We keep reading these articles about the anxiety that so many people are struggling with these days. We are shocked and sympathetic to this plight but what specifically does it look like in our classrooms? And how do we help to support those learners and not exacerbate the problem?
Anxiety is crippling. It can look like crying, anger, task avoidance, sleeping in class and negative attitudes. It manifests differently in our students and can be confusing, frustrating and difficult to comprehend.
A good strategy is to prevent adding stress to an already anxious child. Returning to a full classroom is anxiety provoking not just for the first week of school…but for months or even longer. A crowded, or noisy space doesn’t feel comfortable. It’s assaulting the senses in a way that the child isn’t used to and they don’t have coping mechanisms for it. Understand that even though it may be March, that doesn’t mean all your students have acclimated back to the stimuli of school.
Students with anxiety spend a lot of time worrying about things that might happen. Will I be embarrassed in class today? What if nobody wants to sit with me at lunch? What if the teacher doesn’t like me or gets angry at me? Even though these things haven’t happened and may never happen, they create irrational fears out of these ideas that cause them to panic.
Furthermore, when that panic sets in, it often manifests with behaviors that we find unproductive. Certainly putting ones head down on a desk during class doesn’t help us learn. Leaving to the bathroom for 10 minutes every day prevents students from learning the days lesson. We, as teachers, work to correct those behaviors because that’s what we’ve always done. No, you can’t put your head down in class. No, you’ve lost bathroom privileges because you go too often and take too long.
I spoke recently with a friend’s daughter who was diagnosed with Anxiety and Depression about 18 months ago. She is a freshman in high school, an honors student and an all around “wonderful scholar”. This year she has struggled intensely with the return to school.
She shared that sometimes is takes all her energy and courage just to walk into a classroom. If the class is being overly loud that will send her right over the edge and she will start crying. Because she doesn’t want others to see her crying in class she will run out to the bathroom and hide there for the remainder of the period. She doesn’t ask the teacher because the teacher is busy and she doesn’t want to bother her. By the time the period ends the Dean has been called and she’s being escorted to the office to be reprimanded for leaving the class without permission, and her mother is being called. This is the worse case scenario for this child, who has never been in trouble before. Now it’s ten times harder for her to walk back into this class the next day.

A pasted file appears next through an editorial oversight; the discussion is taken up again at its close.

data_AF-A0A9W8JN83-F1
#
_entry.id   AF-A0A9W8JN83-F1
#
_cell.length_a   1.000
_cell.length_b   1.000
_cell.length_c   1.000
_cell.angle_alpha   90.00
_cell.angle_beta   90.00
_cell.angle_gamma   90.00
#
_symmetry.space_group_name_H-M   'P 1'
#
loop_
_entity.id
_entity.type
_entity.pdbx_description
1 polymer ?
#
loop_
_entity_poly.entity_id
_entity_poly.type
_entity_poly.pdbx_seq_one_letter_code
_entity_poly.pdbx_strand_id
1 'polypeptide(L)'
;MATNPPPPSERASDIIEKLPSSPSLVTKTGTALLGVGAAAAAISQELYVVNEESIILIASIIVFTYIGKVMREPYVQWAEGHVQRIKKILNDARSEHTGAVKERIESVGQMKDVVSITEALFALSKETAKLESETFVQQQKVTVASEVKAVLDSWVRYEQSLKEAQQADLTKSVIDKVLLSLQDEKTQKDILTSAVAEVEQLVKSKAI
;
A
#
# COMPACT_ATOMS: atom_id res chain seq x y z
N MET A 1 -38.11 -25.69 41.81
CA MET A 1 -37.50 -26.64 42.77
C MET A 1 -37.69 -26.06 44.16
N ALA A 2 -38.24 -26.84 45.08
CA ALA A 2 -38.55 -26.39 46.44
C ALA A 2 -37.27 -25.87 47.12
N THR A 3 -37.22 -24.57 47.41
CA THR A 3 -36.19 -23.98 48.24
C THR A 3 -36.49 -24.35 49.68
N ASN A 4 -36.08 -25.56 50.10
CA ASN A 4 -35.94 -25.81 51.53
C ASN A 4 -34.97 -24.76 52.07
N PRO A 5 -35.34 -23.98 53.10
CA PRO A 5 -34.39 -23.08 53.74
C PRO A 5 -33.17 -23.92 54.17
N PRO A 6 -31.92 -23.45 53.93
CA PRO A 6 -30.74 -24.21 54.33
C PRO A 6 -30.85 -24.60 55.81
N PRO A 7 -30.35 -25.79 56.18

On another occasion, she was working with a group on a project in class when the teacher starting yelling at the class because they were making too much noise. This child internalized all that yelling and felt it was specifically directed at her (even though it wasn’t…. that’s what anxiety does) and put her head down on the desk in an effort to avoid the yelling. The teacher, (obviously frustrated), walked over and yelled specifically at her for putting her head down and compounded things further. She wasn’t meaning to be disrespectful, she was just trying to cope with the intense emotions caused by the yelling.
Consider some of the behaviors we are seeing in our classrooms. Could they be caused by anxiety? How can we work with those students so as to not make it worse? It’s a difficult subject for sure, but one worth reflection.
Activities and tools for creating an engaging and effective math classroom: https://www.teacherspayteachers.com/Store/Math-Lab-Classroom
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